12:00 pm


1:15 pm

Session 4: Internationalism, Pacifism, and Tolerance, II

Farah Mendlesohn “National Characters, National Character: Children in Pacifist and Anti-Militaristic Publications for Children Between the Wars”

Gabriele von Glasenapp “Information or Exoticization?: Constructing Religious Difference in Children’s Non-Fiction”

Margaret R. Higonnet “No Child Is an Island”

3:30 pm

Session 5: Primary Materials Workshop 

Cotsen Children’s Library, Firestone Library

 Jill Shefrin  “Pictures for Tarry-at-home Travellers”

 Setsuko Noguchi  “Around the World in One Game: Japanese Picture Sugoroku”

 5:00 pm

Closing words

 For more information, please contact Andrea Immel, Cotsen Curator.

Cotsen Research Projects: Vienna Secessionist Book Illustration for Children

Note: The Friends of the Princeton University Library offer short-term Library Research Grants to promote scholarly use of the research collections, which are awarded via a competitive application process.  Researchers usually offer a short informal talk or presentation to library staff and others in the Princeton academic community near the end of their work on campus about the results of their research and how it fits into their broader research project or interests.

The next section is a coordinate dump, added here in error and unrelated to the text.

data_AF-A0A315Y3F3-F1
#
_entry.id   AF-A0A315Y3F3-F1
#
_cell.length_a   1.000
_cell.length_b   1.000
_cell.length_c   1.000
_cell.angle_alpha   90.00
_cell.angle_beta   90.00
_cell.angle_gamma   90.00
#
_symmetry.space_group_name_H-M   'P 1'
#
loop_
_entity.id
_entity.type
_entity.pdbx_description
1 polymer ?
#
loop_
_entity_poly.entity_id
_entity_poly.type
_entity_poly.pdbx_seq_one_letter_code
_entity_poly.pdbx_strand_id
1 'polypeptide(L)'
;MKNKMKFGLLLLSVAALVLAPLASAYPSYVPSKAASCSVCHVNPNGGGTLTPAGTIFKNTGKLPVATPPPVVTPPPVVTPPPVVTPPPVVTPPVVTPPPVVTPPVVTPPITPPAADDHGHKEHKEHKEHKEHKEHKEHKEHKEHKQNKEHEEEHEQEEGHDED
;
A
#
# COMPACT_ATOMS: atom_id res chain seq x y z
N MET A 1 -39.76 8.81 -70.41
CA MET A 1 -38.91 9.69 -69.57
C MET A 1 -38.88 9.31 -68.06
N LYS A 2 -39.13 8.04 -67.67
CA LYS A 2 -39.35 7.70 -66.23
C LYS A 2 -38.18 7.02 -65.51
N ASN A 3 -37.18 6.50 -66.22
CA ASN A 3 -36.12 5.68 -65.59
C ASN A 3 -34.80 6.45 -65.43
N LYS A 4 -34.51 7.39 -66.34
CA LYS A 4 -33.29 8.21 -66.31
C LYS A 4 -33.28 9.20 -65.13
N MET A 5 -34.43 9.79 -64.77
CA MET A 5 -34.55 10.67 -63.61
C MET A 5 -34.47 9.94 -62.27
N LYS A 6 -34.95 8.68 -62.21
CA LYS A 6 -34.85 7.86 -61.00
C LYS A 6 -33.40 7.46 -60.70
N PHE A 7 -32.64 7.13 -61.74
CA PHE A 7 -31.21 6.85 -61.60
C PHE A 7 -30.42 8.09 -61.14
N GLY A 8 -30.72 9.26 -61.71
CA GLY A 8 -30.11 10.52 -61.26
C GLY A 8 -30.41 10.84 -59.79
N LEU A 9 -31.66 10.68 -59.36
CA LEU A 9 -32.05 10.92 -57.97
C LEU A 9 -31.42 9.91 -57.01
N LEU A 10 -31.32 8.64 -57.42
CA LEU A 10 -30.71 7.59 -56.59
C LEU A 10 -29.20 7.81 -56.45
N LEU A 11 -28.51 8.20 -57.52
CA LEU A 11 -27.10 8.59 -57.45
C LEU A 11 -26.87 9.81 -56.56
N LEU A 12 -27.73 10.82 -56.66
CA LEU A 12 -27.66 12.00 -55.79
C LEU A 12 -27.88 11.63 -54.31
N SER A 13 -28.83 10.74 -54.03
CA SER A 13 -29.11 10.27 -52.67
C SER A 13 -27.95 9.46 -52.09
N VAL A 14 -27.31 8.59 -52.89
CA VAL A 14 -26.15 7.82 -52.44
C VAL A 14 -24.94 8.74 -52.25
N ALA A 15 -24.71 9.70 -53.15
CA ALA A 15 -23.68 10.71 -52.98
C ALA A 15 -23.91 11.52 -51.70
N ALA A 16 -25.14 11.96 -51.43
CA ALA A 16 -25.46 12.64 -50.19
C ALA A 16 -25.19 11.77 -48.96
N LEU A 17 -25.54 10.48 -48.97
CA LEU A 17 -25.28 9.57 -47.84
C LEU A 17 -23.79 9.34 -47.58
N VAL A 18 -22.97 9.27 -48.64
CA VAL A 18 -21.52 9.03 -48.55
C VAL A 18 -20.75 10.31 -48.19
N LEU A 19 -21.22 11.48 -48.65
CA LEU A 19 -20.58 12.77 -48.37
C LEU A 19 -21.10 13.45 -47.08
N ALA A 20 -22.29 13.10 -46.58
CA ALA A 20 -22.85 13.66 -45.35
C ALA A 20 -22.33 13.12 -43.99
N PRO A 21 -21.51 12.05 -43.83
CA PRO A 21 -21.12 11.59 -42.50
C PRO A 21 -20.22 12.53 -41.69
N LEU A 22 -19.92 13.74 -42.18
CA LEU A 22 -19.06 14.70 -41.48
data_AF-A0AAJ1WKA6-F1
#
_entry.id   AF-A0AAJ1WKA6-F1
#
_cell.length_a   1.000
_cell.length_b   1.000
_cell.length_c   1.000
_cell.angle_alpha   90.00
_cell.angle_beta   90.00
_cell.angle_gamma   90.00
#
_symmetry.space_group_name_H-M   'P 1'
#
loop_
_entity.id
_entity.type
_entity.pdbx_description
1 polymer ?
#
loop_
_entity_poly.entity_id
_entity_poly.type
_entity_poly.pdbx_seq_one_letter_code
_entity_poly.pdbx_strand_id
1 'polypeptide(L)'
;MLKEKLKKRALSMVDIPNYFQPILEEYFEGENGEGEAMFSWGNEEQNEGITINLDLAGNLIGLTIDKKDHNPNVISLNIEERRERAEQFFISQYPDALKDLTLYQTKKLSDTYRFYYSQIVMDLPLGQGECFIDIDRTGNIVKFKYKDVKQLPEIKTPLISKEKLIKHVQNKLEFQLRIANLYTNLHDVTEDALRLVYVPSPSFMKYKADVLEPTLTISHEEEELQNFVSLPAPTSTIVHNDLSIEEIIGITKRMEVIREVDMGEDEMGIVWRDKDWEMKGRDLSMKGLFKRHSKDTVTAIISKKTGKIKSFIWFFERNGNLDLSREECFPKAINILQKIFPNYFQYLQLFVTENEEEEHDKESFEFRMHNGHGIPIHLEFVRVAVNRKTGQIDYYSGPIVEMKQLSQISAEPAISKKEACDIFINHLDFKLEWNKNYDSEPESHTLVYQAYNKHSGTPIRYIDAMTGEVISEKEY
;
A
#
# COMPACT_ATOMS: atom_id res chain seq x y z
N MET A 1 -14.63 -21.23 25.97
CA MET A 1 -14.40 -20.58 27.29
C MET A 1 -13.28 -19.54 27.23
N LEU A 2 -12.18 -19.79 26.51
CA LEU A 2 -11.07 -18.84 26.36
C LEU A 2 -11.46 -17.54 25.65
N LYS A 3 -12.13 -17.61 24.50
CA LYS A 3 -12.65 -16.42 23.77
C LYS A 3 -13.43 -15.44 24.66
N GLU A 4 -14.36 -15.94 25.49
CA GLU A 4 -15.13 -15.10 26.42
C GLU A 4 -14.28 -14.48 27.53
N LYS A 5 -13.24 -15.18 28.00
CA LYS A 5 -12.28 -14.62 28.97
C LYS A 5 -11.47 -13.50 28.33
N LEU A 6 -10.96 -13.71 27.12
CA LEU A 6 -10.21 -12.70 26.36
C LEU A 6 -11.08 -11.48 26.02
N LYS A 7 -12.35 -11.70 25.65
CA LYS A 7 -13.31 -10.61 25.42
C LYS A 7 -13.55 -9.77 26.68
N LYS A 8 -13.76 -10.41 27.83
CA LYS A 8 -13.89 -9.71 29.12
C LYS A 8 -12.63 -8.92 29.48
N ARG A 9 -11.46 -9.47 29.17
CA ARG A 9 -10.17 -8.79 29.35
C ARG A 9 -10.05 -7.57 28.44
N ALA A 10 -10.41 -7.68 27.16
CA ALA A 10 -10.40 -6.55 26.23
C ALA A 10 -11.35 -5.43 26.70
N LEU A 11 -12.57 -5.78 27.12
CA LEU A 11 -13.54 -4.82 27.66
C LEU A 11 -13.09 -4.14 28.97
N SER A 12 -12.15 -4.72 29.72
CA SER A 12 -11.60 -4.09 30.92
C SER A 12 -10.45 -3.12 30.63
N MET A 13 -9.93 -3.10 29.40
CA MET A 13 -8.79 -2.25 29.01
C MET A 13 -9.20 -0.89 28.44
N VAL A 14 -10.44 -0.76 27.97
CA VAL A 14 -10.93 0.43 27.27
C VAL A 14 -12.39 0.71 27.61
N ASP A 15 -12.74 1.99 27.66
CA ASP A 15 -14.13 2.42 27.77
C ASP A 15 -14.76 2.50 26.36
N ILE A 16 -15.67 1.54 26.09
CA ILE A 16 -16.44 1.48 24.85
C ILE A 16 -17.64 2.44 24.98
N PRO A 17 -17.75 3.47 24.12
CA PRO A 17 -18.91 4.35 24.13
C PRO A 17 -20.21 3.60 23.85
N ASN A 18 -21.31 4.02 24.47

The text below was kindly provided by Megan Brandow-Faller, recipient of a 2012 Library Research Grant, following her July 2012 research project at Princeton in both the Cotsen Children’s Library and Marquand Art Library, following her July, 13, 2012 talk entitled: “An Artist in Every Child–A Child in Every Artist: Avant-Garde Frauenkunst and Kinderkunst in Vienna, 1897-1930.”  (The images accompanying the text are adapted from select slides in her PowerPoint presentation.)  Dr. Brandow-Faller is currently Assistant Professor of History at the City University of New York/Kingsborough. Her research focuses on women’s art institutions in early twentieth century Habsburg Central Europe.

Vienna Secessionist Book Illustration for Children 

by Megan Brandow-Faller

The art of the child found fertile ground in Vienna 1900, cultivated by Franz Čižek’s renowned Jugendkunstkursen (Youth Art Classes), at important exhibitions of children’s art, and in the pages of Ver Sacrum and other periodicals.  Rejecting the elaborate technological miniatures popular in the nineteenth century–toys intended to ‘dazzle’ but which would ultimately leave a child cold–artists associated with the Vienna Secession and Wiener Werkstätte (the applied arts commercial workshops co-founded by Josef Hoffmann and Koloman Moser in 1903) designed objects conceived ‘with the eyes of a child.’ Secessionist toys, illustrated books and graphics using simple shapes and bright colors were designed to awaken children’s creative impulses in a design language that children could understand.